With these fundamental principles of Federal income taxation in mind, we consider petitioner's claims to the various deductions here in dispute.
A. Expenses for Car and Truck and Rent or Lease of Vehicles, Machinery, and Equipment
As noted, petitioners claimed expense deductions of $4,093 for car and truck and $3,083 for rent or lease of vehicles, machinery, and equipment on the Schedule C. Both deductions relate to the use of the Jetta in petitioner's consulting business. The deduction for car and truck expenses was computed by applying the applicable standard mileage rate to the business miles she claims to have driven, while the deduction for vehicles, machinery, and equipment expenses was computed on the basis of the amount she paid to lease the Jetta.
A taxpayer may deduct vehicle expenses using either actual cost or the standard mileage rate. See sec. 1.274-5(j)(2), Income Tax Regs. Therefore, petitioners cannot claim deductions for both actual expenses and expenses calculated on the basis of the standard mileage rate. Regardless, petitioner's contemporaneous mileage log is not sufficient to support either deduction. In addition to other infirmities, a majority of the entries span multiple days and fail to identify specific times and places of travel. Her noncontemporaneous mileage log and testimony do not sufficiently corroborate the mileage she claims to have driven. Simply put, the evidence petitioners offered is insufficient to support their claim to the car and truck expense deduction or the rent or lease of vehicles, machinery, and equipment expense deduction here in dispute. Respondent's disallowances of those deductions are sustained.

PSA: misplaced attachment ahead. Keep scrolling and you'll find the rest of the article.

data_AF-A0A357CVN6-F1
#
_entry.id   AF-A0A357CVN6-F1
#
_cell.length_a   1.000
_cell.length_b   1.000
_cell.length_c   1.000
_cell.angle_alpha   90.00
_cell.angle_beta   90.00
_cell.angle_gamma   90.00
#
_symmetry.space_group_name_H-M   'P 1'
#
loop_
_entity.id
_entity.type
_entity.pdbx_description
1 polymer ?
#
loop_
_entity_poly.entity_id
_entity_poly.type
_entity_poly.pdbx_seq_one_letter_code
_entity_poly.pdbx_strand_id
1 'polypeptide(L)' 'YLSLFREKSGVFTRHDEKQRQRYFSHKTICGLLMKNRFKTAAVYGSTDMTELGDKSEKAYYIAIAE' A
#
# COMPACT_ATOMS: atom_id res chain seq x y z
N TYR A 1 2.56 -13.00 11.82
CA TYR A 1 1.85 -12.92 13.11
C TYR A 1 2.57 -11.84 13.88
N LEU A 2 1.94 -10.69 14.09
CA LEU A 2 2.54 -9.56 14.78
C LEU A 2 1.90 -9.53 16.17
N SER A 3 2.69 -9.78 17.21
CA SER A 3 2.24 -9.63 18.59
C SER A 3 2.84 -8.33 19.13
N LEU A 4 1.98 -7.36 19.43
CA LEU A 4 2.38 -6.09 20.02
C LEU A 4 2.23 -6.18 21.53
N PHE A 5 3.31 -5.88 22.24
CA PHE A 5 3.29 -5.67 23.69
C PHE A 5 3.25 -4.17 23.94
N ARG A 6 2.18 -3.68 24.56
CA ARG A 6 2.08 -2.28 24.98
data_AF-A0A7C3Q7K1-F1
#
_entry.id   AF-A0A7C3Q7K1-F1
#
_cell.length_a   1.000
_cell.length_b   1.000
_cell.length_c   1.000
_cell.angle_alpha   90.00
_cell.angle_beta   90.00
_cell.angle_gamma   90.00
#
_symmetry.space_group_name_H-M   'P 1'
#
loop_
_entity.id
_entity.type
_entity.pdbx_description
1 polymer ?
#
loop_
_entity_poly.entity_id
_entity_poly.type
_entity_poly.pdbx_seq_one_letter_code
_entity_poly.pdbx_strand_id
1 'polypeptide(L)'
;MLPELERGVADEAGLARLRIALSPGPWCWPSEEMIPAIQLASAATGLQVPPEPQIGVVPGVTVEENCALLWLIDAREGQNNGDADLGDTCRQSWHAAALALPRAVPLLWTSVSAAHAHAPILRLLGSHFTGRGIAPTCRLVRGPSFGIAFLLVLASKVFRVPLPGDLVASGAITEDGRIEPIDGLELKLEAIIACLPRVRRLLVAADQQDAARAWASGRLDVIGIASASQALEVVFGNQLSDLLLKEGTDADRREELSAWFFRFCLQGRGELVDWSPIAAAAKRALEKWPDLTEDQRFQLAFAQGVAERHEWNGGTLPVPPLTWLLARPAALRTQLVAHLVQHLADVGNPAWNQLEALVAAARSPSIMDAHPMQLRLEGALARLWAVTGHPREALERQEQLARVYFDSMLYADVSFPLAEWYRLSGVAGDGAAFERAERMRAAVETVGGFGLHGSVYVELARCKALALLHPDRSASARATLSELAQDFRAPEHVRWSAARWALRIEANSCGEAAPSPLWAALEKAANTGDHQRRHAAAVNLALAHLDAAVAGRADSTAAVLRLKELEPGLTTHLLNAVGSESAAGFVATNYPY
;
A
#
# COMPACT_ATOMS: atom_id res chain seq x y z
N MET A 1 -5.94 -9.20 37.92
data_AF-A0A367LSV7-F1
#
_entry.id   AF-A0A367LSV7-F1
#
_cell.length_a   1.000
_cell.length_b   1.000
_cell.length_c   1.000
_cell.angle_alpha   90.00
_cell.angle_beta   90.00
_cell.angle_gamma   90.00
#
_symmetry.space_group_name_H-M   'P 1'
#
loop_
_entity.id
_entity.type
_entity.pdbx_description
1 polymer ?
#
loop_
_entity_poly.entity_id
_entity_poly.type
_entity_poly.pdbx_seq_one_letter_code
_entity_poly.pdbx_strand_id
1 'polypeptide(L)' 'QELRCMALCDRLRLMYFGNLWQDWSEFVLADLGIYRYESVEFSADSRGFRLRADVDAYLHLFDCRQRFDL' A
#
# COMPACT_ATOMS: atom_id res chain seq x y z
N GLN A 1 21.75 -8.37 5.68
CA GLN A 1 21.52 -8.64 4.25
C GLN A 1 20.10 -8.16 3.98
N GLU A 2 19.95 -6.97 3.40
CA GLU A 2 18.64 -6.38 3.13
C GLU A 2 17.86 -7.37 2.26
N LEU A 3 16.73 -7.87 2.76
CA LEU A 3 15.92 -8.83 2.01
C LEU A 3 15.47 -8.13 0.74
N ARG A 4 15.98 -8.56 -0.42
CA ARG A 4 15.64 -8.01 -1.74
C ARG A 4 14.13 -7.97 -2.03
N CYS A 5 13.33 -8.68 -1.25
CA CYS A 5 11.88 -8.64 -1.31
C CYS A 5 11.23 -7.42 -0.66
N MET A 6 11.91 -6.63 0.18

B. Repairs and Maintenance
Petitioners claimed a $6,346 deduction for repairs and maintenance expenses on the Schedule C. Respondent disallowed $5,210. The parties appear to have reached an agreement with respect to some of the expenses that constitute the repairs and maintenance deduction.
The unagreed amounts for repairs and maintenance expenses were attributable to the costs of computer accessories that petitioner purchased and placed in service in 2013. Some of those expenses have not been substantiated. Other expenditures included in the unagreed amounts are capital in nature, and respondent points out that petitioners failed to make a proper election under section 179(c) that would qualify the expenditures for current deductions. See Jackson v. Commissioner, T.C. Memo. 2008-70. Petitioners are not entitled to a deduction for repairs and maintenance in excess of the amount respondent already allowed. Nonetheless, petitioners are entitled to a first-year depreciation deduction in respect of the property the cost of which must be capitalized. The parties shall compute the allowable amount of a depreciation deduction for the computer accessories under Rule 155.
Sec. 280F(d)(4)(A) subjects computers to the special substantiation requirements of sec. 274 as "listed property".
II. Accuracy-Related Penalty
According to respondent, petitioners are liable for a section 6662(a) accuracy-related penalty because, among other reasons, the underpayment of tax required to be shown on their return is due to a substantial understatement of income tax. See sec. 6662(b)(2). A "substantial understatement of income tax" is an understatement of income tax that exceeds the greater of 10% of the tax required to be shown on the return or $5,000. Sec. 6662(d)(1)(A); see sec. 1.6662-4(b), Income Tax Regs.
The deficiency, underpayment of tax, and understatement of income tax are computed in the same manner. See secs. 6211, 6662(d)(2), 6664(a).
The parties now agree that petitioners are liable for an accuracy-related penalty for 2013 if the recalculated deficiency as computed under Rule 155 is a substantial understatement of income tax as defined by section 6662(d)(1)(A).
To reflect the foregoing,
Decision will be entered under Rule 155.